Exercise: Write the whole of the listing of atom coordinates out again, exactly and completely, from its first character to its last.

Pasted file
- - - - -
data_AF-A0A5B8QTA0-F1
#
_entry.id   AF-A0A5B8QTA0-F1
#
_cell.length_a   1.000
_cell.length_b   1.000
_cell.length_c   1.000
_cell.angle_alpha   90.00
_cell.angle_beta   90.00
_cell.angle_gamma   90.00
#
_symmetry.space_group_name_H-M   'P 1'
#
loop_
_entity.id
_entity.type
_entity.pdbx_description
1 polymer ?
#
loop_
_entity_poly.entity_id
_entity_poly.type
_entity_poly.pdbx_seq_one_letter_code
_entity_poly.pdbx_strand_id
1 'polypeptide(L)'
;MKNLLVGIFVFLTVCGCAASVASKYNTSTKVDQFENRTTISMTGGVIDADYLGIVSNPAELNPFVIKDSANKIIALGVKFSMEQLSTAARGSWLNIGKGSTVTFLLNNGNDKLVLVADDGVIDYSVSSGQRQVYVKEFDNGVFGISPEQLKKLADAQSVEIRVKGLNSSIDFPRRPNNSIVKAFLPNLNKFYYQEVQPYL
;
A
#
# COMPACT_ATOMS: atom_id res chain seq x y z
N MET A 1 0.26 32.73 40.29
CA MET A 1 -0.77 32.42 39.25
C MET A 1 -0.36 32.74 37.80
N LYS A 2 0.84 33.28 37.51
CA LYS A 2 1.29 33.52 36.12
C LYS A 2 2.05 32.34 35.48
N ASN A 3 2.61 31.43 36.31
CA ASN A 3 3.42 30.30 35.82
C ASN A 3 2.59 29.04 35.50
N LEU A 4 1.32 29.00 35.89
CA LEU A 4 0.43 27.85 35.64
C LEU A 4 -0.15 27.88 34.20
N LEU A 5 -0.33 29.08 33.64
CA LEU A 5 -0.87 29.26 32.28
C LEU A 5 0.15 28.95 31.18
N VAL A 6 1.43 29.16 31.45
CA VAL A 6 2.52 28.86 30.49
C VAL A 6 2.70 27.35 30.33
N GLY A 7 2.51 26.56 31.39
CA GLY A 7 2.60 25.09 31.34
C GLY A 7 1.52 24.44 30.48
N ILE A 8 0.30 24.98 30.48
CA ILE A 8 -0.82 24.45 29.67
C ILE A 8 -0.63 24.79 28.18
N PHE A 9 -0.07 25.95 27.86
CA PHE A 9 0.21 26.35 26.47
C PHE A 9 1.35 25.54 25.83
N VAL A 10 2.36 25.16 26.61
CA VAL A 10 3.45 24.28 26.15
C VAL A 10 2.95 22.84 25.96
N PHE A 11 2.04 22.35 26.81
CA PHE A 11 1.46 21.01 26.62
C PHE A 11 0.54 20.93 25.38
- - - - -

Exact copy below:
data_AF-A0A5B8QTA0-F1
#
_entry.id   AF-A0A5B8QTA0-F1
#
_cell.length_a   1.000
_cell.length_b   1.000
_cell.length_c   1.000
_cell.angle_alpha   90.00
_cell.angle_beta   90.00
_cell.angle_gamma   90.00
#
_symmetry.space_group_name_H-M   'P 1'
#
loop_
_entity.id
_entity.type
_entity.pdbx_description
1 polymer ?
#
loop_
_entity_poly.entity_id
_entity_poly.type
_entity_poly.pdbx_seq_one_letter_code
_entity_poly.pdbx_strand_id
1 'polypeptide(L)'
;MKNLLVGIFVFLTVCGCAASVASKYNTSTKVDQFENRTTISMTGGVIDADYLGIVSNPAELNPFVIKDSANKIIALGVKFSMEQLSTAARGSWLNIGKGSTVTFLLNNGNDKLVLVADDGVIDYSVSSGQRQVYVKEFDNGVFGISPEQLKKLADAQSVEIRVKGLNSSIDFPRRPNNSIVKAFLPNLNKFYYQEVQPYL
;
A
#
# COMPACT_ATOMS: atom_id res chain seq x y z
N MET A 1 0.26 32.73 40.29
CA MET A 1 -0.77 32.42 39.25
C MET A 1 -0.36 32.74 37.80
N LYS A 2 0.84 33.28 37.51
CA LYS A 2 1.29 33.52 36.12
C LYS A 2 2.05 32.34 35.48
N ASN A 3 2.61 31.43 36.31
CA ASN A 3 3.42 30.30 35.82
C ASN A 3 2.59 29.04 35.50
N LEU A 4 1.32 29.00 35.89
CA LEU A 4 0.43 27.85 35.64
C LEU A 4 -0.15 27.88 34.20
N LEU A 5 -0.33 29.08 33.64
CA LEU A 5 -0.87 29.26 32.28
C LEU A 5 0.15 28.95 31.18
N VAL A 6 1.43 29.16 31.45
CA VAL A 6 2.52 28.86 30.49
C VAL A 6 2.70 27.35 30.33
N GLY A 7 2.51 26.56 31.39
CA GLY A 7 2.60 25.09 31.34
C GLY A 7 1.52 24.44 30.48
N ILE A 8 0.30 24.98 30.48
CA ILE A 8 -0.82 24.45 29.67
C ILE A 8 -0.63 24.79 28.18
N PHE A 9 -0.07 25.95 27.86
CA PHE A 9 0.21 26.35 26.47
C PHE A 9 1.35 25.54 25.83
N VAL A 10 2.36 25.16 26.61
CA VAL A 10 3.45 24.28 26.15
C VAL A 10 2.95 22.84 25.96
N PHE A 11 2.04 22.35 26.81
CA PHE A 11 1.46 21.01 26.62
C PHE A 11 0.54 20.93 25.38